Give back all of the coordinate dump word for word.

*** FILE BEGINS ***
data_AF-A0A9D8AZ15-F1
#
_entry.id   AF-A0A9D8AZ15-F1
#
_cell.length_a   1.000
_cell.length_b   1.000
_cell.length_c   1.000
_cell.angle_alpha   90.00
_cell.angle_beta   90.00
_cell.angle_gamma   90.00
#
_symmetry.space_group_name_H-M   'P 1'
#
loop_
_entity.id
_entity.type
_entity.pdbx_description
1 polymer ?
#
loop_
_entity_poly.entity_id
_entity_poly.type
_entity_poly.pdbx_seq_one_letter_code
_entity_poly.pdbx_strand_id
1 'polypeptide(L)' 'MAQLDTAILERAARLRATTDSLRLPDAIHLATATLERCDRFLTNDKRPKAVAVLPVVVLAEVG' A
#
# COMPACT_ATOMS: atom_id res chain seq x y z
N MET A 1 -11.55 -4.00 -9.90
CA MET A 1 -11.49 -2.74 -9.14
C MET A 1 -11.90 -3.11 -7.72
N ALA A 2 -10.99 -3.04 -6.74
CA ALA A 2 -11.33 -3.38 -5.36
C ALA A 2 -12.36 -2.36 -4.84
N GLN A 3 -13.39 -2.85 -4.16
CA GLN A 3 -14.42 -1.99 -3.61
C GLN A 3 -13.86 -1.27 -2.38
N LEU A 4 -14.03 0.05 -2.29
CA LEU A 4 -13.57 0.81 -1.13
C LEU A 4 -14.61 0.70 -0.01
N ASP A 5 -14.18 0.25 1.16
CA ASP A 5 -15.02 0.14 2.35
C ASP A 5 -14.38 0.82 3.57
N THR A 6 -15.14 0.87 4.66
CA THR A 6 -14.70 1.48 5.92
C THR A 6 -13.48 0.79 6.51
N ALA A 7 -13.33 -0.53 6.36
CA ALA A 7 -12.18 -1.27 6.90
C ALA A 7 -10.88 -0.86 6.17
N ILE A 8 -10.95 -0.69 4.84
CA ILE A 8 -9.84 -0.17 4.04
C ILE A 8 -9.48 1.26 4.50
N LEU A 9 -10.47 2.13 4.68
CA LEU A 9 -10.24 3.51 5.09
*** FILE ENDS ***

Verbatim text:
data_AF-A0A9D8AZ15-F1
#
_entry.id   AF-A0A9D8AZ15-F1
#
_cell.length_a   1.000
_cell.length_b   1.000
_cell.length_c   1.000
_cell.angle_alpha   90.00
_cell.angle_beta   90.00
_cell.angle_gamma   90.00
#
_symmetry.space_group_name_H-M   'P 1'
#
loop_
_entity.id
_entity.type
_entity.pdbx_description
1 polymer ?
#
loop_
_entity_poly.entity_id
_entity_poly.type
_entity_poly.pdbx_seq_one_letter_code
_entity_poly.pdbx_strand_id
1 'polypeptide(L)' 'MAQLDTAILERAARLRATTDSLRLPDAIHLATATLERCDRFLTNDKRPKAVAVLPVVVLAEVG' A
#
# COMPACT_ATOMS: atom_id res chain seq x y z
N MET A 1 -11.55 -4.00 -9.90
CA MET A 1 -11.49 -2.74 -9.14
C MET A 1 -11.90 -3.11 -7.72
N ALA A 2 -10.99 -3.04 -6.74
CA ALA A 2 -11.33 -3.38 -5.36
C ALA A 2 -12.36 -2.36 -4.84
N GLN A 3 -13.39 -2.85 -4.16
CA GLN A 3 -14.42 -1.99 -3.61
C GLN A 3 -13.86 -1.27 -2.38
N LEU A 4 -14.03 0.05 -2.29
CA LEU A 4 -13.57 0.81 -1.13
C LEU A 4 -14.61 0.70 -0.01
N ASP A 5 -14.18 0.25 1.16
CA ASP A 5 -15.02 0.14 2.35
C ASP A 5 -14.38 0.82 3.57
N THR A 6 -15.14 0.87 4.66
CA THR A 6 -14.70 1.48 5.92
C THR A 6 -13.48 0.79 6.51
N ALA A 7 -13.33 -0.53 6.36
CA ALA A 7 -12.18 -1.27 6.90
C ALA A 7 -10.88 -0.86 6.17
N ILE A 8 -10.95 -0.69 4.84
CA ILE A 8 -9.84 -0.17 4.04
C ILE A 8 -9.48 1.26 4.50
N LEU A 9 -10.47 2.13 4.68
CA LEU A 9 -10.24 3.51 5.09